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  1. #35
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    hmm, i wonder whos legs he was threatening to break, hehe

  2. #36
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    Quote Originally Posted by kwun
    i saw Yves Lacrois has this really well timed capture of LYB arguing against a call, and the referee tried to restrain him.
    [devil's advocate mode=on]
    How do we know it was well timed?
    We don't know if there was a better shot 1/10 or 3 seconds later?

    Do we assume that if there was a better shot he would have got it, and he would have published that instead?
    [devil's advocate mode=off]

  3. #37
    Administrator kwun's Avatar
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    Quote Originally Posted by Neil Nicholls
    [devil's advocate mode=on]
    How do we know it was well timed?
    We don't know if there was a better shot 1/10 or 3 seconds later?

    Do we assume that if there was a better shot he would have got it, and he would have published that instead?
    [devil's advocate mode=off]
    it is well timed becaused it looks well timed. we don't know if it is "perfectly" timed as you said because we don't know all the other possibilities...

  4. #38
    Regular Member red00ecstrat's Avatar
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    I just wanna have more discussion on it.
    My question is that. Does a decisive moment equivalent to the best visual moment?

  5. #39
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    Quote Originally Posted by red00ecstrat
    I just wanna have more discussion on it.
    My question is that. Does a decisive moment equivalent to the best visual moment?
    What is "best" can be subjective, and may require information about the context in which the picture was taken

  6. #40
    Administrator kwun's Avatar
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    Quote Originally Posted by red00ecstrat

    but let's think it this way kwun. those lin dan pictures were acturally from an action sequence that last for around 20 seconds. if picture number 3 is counted as decisive moment then why not picture number 1 or 2? unlike the photo of eva. i m pretty sure the duration is pretty short!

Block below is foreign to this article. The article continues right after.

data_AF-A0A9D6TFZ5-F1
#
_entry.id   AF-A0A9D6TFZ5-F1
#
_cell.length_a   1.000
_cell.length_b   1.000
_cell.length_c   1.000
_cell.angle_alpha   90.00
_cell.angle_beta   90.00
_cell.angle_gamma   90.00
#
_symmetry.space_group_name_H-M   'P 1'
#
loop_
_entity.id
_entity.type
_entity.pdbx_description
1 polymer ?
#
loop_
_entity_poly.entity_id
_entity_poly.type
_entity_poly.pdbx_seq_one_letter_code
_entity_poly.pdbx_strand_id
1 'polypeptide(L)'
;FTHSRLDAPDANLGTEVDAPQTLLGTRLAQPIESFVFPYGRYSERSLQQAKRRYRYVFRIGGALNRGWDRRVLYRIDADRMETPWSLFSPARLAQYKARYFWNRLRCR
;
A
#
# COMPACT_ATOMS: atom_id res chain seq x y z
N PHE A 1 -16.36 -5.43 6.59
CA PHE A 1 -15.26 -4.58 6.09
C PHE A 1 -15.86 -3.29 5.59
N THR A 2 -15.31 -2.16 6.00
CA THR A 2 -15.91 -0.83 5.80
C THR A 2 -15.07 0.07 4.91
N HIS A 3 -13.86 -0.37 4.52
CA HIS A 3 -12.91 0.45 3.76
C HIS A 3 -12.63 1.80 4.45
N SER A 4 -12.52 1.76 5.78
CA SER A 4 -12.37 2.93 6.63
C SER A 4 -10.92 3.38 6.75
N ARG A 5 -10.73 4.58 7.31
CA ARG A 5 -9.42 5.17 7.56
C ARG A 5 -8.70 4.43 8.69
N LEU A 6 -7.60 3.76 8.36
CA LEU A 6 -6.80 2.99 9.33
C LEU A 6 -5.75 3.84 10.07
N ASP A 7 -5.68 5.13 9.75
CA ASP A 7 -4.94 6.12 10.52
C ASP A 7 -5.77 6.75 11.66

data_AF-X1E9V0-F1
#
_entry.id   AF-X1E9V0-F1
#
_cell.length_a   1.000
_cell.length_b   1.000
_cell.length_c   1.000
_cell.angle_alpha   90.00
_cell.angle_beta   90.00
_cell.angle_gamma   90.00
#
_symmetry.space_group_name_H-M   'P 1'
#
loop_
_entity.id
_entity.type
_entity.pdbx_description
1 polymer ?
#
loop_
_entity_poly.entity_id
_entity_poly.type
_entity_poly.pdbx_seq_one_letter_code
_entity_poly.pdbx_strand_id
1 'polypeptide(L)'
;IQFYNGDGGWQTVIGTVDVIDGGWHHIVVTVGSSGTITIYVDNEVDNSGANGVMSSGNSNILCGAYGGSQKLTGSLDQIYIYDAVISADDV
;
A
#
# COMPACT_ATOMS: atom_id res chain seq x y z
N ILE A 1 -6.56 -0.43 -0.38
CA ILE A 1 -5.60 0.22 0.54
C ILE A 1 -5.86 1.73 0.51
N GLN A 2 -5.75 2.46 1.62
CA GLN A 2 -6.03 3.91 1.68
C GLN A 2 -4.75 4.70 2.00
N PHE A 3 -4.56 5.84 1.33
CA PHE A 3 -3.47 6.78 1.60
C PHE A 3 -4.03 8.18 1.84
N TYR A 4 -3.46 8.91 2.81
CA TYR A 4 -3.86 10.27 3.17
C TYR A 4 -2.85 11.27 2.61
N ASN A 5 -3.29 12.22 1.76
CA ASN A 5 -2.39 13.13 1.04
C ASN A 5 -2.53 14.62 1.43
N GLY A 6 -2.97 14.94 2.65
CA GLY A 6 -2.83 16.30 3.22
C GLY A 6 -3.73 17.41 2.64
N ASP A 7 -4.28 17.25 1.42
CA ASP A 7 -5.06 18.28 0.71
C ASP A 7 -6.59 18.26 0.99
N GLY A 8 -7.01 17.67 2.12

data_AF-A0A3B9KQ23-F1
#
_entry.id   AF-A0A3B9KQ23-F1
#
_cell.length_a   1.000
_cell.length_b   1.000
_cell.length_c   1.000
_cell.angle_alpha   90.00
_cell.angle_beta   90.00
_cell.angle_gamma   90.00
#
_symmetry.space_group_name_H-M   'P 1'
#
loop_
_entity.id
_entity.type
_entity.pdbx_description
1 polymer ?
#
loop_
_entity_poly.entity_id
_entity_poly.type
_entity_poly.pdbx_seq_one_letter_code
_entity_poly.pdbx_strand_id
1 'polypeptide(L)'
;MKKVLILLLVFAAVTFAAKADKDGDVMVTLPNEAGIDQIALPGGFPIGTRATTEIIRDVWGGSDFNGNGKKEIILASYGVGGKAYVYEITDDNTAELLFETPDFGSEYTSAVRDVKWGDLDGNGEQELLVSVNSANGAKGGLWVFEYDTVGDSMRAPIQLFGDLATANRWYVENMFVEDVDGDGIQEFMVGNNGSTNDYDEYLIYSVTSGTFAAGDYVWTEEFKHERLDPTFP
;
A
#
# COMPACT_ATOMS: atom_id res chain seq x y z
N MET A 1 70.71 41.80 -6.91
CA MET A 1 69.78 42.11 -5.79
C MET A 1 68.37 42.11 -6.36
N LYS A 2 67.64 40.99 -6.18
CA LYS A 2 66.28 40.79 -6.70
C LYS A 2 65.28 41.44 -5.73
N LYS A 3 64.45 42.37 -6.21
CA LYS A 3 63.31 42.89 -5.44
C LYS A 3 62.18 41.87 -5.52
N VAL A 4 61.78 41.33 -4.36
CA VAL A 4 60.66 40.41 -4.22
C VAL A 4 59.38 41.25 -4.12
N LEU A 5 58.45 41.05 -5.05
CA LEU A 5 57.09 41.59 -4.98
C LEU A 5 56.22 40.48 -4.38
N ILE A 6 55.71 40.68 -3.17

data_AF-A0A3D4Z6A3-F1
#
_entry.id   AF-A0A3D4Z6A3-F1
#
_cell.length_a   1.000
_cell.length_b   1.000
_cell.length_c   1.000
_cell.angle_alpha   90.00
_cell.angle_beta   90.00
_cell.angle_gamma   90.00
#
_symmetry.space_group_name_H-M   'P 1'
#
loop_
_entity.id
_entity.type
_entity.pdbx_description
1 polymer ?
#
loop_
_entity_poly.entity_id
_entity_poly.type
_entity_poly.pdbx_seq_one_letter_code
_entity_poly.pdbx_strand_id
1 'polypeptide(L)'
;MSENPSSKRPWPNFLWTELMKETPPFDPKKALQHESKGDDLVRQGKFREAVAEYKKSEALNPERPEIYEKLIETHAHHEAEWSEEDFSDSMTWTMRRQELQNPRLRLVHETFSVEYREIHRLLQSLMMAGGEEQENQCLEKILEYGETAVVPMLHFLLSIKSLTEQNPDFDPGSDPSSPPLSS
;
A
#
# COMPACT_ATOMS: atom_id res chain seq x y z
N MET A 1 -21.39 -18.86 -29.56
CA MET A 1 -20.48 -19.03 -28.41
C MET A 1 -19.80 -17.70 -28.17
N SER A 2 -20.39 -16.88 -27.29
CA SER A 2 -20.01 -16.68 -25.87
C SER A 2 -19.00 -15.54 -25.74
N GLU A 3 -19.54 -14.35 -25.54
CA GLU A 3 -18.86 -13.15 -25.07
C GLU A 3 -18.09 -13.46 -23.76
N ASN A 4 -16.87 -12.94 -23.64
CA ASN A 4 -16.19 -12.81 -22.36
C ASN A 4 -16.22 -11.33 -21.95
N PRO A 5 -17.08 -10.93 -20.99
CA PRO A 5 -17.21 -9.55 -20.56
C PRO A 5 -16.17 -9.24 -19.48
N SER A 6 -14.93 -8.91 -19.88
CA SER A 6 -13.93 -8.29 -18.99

any comment on this?
    yes. HCD retired from photography and returned to painting before the motor drive was invented! (in the late 70s or early 80s, i think)

    poor him must be rolling in his grave when he finds out that we are now trying to brute force the decisive moment instead of capturing it with pure intuition and predicting the moment.

  7. #41
    Administrator kwun's Avatar
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    Quote Originally Posted by red00ecstrat
    I just wanna have more discussion on it.
    My question is that. Does a decisive moment equivalent to the best visual moment?
    i am still pondering about that one.

    the easier question to answer though, is: "is a best/good visual moment equivalent to a decisive moment?"

    and i think the answer is no. our example of a jumpsmash is one. a jumpsmash can be a very nice visually, but most of the time has little significance to it to be considered a "decisive moment"

    anyway, back to your original question. maybe we can start with HCD's pics. if we look at the pics of HCD you posted, do they have best/good visual moment?

  8. #42
    Regular Member red00ecstrat's Avatar
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    Quote Originally Posted by Neil Nicholls
    What is "best" can be subjective, and may require information about the context in which the picture was taken
    let's take these pictures as an example. if jiang did that right after she won the game.(picture #1) ok, that was surely a decisive moment of the event. I congratulate to those who stood on my left hand side and being able to capture that moment.
    after 2 second, jiang kept the same posture and turned towards me.(picture#2). what do you think? still being counted as the decisive moment of the event?
    which picture looks better? meanwhile, which is the real decisive moment?
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  9. #43
    Regular Member red00ecstrat's Avatar
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    Quote Originally Posted by kwun
    poor him must be rolling in his grave when he finds out that we are now trying to brute force the decisive moment instead of capturing it with pure intuition and predicting the moment.
    Did HCB define it with his own mouth before? I think he is rolling now.

  10. #44
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    Quote Originally Posted by kwun